Eolas’ Patent Discussion

A Slashdot story (Parties Behind Eolas Patent Reexam Revealed) points to Butting Heads Over the ‘906 Rebuttal, citing the Eolas reply materials to the current patent investigation:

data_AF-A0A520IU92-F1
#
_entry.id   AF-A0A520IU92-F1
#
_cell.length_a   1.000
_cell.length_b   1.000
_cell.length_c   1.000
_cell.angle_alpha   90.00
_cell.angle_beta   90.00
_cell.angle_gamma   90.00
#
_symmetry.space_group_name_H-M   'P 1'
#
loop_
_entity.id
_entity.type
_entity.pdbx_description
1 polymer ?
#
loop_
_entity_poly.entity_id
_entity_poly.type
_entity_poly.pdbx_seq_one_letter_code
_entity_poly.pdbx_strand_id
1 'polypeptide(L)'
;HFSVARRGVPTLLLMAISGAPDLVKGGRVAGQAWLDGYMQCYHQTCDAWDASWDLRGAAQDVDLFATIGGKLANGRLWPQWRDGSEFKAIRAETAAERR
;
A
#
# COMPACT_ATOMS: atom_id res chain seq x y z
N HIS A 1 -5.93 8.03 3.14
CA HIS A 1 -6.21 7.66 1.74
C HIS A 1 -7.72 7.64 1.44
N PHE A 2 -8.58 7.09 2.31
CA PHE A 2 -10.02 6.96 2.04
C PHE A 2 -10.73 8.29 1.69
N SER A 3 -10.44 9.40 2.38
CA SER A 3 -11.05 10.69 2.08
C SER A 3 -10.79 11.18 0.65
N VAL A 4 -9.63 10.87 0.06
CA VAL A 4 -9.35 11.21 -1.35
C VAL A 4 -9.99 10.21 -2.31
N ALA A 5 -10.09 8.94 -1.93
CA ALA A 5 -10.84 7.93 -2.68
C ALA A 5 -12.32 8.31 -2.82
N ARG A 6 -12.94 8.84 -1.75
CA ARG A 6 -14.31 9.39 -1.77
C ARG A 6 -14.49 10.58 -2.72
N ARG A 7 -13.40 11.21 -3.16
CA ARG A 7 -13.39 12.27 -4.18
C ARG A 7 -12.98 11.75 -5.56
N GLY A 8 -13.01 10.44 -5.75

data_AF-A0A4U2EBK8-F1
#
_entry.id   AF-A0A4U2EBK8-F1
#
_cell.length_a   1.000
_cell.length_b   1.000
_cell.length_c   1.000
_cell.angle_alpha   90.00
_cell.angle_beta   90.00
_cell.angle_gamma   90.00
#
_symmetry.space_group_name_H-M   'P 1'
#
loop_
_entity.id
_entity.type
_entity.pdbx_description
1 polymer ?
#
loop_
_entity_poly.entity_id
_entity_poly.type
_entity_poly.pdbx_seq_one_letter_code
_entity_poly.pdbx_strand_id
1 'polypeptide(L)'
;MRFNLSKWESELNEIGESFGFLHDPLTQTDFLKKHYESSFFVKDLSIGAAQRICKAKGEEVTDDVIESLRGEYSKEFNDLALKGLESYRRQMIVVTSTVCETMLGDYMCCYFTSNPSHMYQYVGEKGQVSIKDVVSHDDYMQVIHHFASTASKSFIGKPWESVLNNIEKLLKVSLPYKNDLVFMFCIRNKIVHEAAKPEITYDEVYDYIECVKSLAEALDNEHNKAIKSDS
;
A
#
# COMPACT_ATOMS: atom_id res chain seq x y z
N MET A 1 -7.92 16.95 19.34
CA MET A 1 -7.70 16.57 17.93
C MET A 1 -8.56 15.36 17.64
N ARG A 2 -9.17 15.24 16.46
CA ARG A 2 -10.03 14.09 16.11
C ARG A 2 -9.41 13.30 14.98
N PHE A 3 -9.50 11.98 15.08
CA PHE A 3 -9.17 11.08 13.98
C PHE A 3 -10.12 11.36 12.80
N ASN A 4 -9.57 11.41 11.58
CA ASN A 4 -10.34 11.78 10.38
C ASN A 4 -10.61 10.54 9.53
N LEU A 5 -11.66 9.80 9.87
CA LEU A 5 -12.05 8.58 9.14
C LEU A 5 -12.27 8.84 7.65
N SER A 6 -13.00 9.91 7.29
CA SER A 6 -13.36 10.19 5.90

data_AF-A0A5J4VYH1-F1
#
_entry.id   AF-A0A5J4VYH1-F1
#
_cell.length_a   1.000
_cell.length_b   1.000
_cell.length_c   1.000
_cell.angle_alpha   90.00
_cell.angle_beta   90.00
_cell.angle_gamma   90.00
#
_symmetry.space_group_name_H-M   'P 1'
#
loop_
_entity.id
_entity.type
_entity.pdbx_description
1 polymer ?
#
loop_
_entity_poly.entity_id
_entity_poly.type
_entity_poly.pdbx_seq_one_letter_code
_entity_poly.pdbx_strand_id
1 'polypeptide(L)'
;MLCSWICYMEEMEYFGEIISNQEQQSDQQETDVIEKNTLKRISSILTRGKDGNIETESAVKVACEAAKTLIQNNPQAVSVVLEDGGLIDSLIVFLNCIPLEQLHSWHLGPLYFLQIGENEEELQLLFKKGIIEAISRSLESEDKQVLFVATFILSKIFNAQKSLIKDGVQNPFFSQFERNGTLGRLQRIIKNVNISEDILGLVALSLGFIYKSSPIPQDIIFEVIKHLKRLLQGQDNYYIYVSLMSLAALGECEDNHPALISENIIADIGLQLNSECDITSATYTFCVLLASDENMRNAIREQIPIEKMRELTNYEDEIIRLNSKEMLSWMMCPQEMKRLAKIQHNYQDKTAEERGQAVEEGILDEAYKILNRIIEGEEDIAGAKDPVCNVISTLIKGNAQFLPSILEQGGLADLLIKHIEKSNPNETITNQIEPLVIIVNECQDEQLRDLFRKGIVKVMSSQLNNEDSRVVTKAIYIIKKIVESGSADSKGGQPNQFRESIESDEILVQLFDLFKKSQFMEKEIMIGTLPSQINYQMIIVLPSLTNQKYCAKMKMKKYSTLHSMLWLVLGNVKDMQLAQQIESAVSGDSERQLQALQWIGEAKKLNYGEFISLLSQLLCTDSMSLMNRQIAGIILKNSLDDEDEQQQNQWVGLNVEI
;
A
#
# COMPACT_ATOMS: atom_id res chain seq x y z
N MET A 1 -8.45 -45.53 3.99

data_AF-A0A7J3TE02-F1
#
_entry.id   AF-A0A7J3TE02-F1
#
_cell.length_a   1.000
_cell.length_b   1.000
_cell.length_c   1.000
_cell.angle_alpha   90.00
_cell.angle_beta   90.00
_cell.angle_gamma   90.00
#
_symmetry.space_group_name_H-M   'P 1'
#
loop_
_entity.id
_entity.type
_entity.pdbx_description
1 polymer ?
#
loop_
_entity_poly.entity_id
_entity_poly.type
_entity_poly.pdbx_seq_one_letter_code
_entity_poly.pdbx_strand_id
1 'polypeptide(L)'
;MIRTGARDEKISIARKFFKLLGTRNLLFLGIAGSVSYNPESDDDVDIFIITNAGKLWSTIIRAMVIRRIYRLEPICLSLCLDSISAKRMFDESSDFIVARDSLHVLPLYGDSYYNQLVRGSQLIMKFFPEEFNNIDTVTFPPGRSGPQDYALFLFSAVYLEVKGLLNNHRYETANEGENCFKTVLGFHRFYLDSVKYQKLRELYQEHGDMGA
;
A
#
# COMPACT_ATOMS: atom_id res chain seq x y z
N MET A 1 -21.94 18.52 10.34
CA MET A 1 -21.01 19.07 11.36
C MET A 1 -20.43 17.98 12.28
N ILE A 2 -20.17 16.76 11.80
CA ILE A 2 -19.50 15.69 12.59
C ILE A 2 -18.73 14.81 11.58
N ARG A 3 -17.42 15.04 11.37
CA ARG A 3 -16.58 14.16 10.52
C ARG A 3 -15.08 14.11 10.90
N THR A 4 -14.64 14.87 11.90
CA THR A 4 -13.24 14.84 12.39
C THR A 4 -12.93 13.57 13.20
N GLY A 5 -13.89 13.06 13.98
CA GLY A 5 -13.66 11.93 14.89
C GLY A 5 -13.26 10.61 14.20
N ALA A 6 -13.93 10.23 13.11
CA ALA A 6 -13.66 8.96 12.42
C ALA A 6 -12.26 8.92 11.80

The basic premise of Eolas’ written response is that browser developers working in 1993 and 1994 did not consider embedding interactive applications in the browser window and that the browser simply rendered static information. Felten makes the statement that Berners-Lee’s HTML specification “teaches away from the provision of rich interactivity in the browser.” Felten says that “Berners-Lee teaches a language for authoring Web pages but it does not teach how to build a browser or how a browser works.” Those statements are completely inconsistent with Tim Berners-Lee’s vision of the Web. Berners-Lee talked about browsers that were equally capable of reading and writing, which goes back to Ted Nelson’s definition of hypertext as non-linear writing. In his book, “Weaving the Web,” Berners-Lee uses the phrase “browser/editor” to refer to the kind of client application he envisioned as a Web browser. He writes about his own prototyping of the first Web client, which he said was “basically like a word processor”: “By mid-November I had a point-and-click browser/editor which I called WorldWideWeb.” He goes on to say that “the browser would decode URIs, and let me read, write or edit Web pages in HTML.” This reflects the spirit of early Web development, as I recall hearing it first-hand. (Today’s wikis and weblogs seem to close to realizing this vision.)